Joaquín García de la Cruz’s Industry placement in the travel industry

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Joaquín García de la Cruz

Placements offer the opportunity to experience the workplace environment and how workplace practices differ from academic ones. They also provide the chance to apply your skills in a new setting, solving new problems alongside a new group of people. The LIV.DAT CDT incorporates a 6 month placement for its students, allowing them some industrial experience to implement their big data training and broaden their PhD experience.

At LIV.DAT, Joaquín García de la Cruz’s research focused on understanding the formation and evolution of Milky Way-like galaxies from both a theoretical and an observational point of view. In 2020, he spent 6 months with online travel company eDreams Odigeo where he worked within the Data Science department’s fraud team. This is an account of his experience.

eDreams Odigeo is an online travel company with almost 2000 employees, offering services that range from plain tickets to hotel reservations and car rentals. The company operates with worldwide databases containing thousands of airports, hotels, airlines, and so on. Therefore, data science is crucial in order to manage such vast amount of information. The data science group at eDreams Odigeo, based in the Barcelona office, is one of the biggest in the sector.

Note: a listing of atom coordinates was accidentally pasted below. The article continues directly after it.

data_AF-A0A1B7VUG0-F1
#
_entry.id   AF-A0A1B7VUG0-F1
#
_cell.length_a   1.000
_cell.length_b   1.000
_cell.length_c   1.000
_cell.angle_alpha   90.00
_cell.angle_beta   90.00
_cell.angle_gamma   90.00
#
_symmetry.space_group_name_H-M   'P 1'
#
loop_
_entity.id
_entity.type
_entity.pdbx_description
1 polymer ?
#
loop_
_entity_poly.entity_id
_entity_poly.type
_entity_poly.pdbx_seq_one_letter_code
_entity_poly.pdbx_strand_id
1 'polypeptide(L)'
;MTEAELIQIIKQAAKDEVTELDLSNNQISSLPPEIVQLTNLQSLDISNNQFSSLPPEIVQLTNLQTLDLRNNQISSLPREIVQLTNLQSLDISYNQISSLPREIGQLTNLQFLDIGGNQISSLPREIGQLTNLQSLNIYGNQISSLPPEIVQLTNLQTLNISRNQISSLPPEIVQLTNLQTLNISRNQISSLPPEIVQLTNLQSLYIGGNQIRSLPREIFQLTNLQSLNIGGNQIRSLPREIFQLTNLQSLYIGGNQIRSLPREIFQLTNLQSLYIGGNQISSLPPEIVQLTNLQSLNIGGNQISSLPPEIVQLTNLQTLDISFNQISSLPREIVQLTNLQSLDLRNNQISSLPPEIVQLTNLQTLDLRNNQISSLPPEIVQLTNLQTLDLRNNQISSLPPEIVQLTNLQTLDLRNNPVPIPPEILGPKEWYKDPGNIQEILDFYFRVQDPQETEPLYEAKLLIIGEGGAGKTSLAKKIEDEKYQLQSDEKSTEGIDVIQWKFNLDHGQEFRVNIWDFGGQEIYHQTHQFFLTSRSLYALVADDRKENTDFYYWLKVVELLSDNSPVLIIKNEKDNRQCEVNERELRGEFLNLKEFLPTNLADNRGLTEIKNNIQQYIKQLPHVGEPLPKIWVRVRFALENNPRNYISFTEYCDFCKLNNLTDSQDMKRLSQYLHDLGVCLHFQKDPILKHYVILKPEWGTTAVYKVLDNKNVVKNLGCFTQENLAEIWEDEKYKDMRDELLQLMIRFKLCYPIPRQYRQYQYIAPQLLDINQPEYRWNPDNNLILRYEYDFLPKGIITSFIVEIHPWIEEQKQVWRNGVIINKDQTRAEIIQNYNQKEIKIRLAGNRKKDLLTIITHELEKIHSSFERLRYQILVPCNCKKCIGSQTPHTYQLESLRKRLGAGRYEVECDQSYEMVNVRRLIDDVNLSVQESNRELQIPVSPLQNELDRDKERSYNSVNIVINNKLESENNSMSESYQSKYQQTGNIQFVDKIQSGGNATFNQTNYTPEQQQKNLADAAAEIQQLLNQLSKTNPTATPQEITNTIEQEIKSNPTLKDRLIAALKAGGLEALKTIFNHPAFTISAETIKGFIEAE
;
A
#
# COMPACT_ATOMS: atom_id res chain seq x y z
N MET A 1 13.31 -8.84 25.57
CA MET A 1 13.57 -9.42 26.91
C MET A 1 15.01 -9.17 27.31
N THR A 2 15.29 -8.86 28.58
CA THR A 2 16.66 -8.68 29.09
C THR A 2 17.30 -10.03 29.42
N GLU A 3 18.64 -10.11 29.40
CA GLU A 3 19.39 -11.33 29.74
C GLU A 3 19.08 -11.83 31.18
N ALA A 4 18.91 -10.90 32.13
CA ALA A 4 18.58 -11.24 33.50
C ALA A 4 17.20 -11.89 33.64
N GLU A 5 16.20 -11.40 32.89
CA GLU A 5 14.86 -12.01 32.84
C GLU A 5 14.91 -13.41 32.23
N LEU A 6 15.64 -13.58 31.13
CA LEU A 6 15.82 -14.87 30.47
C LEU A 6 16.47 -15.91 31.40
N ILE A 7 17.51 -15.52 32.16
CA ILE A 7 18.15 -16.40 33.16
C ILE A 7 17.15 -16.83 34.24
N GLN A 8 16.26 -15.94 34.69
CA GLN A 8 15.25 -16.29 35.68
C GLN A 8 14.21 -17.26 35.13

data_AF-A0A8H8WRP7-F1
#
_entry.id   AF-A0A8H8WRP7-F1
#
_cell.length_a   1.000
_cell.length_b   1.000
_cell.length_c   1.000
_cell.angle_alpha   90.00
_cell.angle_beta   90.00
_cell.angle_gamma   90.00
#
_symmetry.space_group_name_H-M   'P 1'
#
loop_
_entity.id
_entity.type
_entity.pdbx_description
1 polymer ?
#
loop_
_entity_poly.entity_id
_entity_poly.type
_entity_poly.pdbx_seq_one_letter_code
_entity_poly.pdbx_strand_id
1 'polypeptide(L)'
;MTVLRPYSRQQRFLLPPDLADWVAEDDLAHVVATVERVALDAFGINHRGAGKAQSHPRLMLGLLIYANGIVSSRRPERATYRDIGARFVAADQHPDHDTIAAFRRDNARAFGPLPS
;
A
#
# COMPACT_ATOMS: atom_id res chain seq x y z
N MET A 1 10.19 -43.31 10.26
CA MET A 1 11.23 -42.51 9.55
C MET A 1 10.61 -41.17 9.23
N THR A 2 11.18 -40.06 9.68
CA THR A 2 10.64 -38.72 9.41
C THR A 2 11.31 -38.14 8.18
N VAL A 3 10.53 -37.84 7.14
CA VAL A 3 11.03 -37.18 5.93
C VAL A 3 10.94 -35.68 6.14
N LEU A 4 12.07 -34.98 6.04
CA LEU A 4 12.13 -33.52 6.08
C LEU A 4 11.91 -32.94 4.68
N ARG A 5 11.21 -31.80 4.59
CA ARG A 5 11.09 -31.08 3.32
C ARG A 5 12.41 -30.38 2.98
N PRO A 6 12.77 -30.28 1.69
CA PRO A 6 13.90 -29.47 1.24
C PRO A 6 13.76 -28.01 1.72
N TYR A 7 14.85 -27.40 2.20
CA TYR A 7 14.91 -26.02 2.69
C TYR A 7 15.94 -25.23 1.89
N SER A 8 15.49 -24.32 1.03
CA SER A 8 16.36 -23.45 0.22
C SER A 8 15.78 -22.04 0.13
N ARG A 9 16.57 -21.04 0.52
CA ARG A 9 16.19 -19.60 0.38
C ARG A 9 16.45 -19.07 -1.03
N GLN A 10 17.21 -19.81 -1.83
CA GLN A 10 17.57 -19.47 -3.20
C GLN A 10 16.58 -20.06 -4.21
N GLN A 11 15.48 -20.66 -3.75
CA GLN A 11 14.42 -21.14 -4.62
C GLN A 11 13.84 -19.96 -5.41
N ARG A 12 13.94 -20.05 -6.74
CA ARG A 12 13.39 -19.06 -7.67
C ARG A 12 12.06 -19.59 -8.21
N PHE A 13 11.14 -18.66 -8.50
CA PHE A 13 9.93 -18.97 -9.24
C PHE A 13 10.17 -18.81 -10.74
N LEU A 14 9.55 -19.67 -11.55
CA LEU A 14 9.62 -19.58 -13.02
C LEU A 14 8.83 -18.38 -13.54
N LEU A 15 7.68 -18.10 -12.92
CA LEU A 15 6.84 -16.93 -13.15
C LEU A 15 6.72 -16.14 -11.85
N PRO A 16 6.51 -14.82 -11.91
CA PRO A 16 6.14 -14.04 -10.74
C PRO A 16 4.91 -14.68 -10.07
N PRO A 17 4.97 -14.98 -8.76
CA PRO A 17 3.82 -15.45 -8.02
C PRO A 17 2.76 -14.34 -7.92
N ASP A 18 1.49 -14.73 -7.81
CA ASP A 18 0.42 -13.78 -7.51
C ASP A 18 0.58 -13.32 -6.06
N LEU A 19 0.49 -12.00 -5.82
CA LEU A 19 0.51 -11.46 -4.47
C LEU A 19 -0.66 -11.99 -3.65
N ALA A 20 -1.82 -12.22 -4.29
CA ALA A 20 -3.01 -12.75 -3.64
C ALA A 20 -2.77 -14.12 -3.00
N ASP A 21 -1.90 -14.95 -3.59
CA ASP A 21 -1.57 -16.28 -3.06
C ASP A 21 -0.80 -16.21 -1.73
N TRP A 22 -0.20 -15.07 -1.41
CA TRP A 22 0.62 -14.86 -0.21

At the very beginning, Joaquín was given three projects from which he could choose one to work on. During the first couple of weeks, he spoke with a number of people to get a good idea of the relevant skills and timescales for these projects.

About his start, Joaquín said: “I was very excited to start working with them and see what I could learn in terms of data science but also the experience in a big and well stablished company. I really appreciated this freedom as to what I would learn and work on. In the meantime, I went through different inductions, and became familiar with the different procedures to access the different datasets.”  

Joaquín opted to work with the fraud team within the Data Science department where his project focussed on using Big Data techniques applied to time series forecasting. A time series is any kind of variable that changes with time, and as such, it is possible to forecast how this variable is going to change with time in the future. In his project, the variable in question was the amount of fraud done to the company. Here, they look into bookings where money is being claimed back after the booking is made. This can be due to different reasons, such as the client got their bank card’s information stolen and a purchase was made without their consent.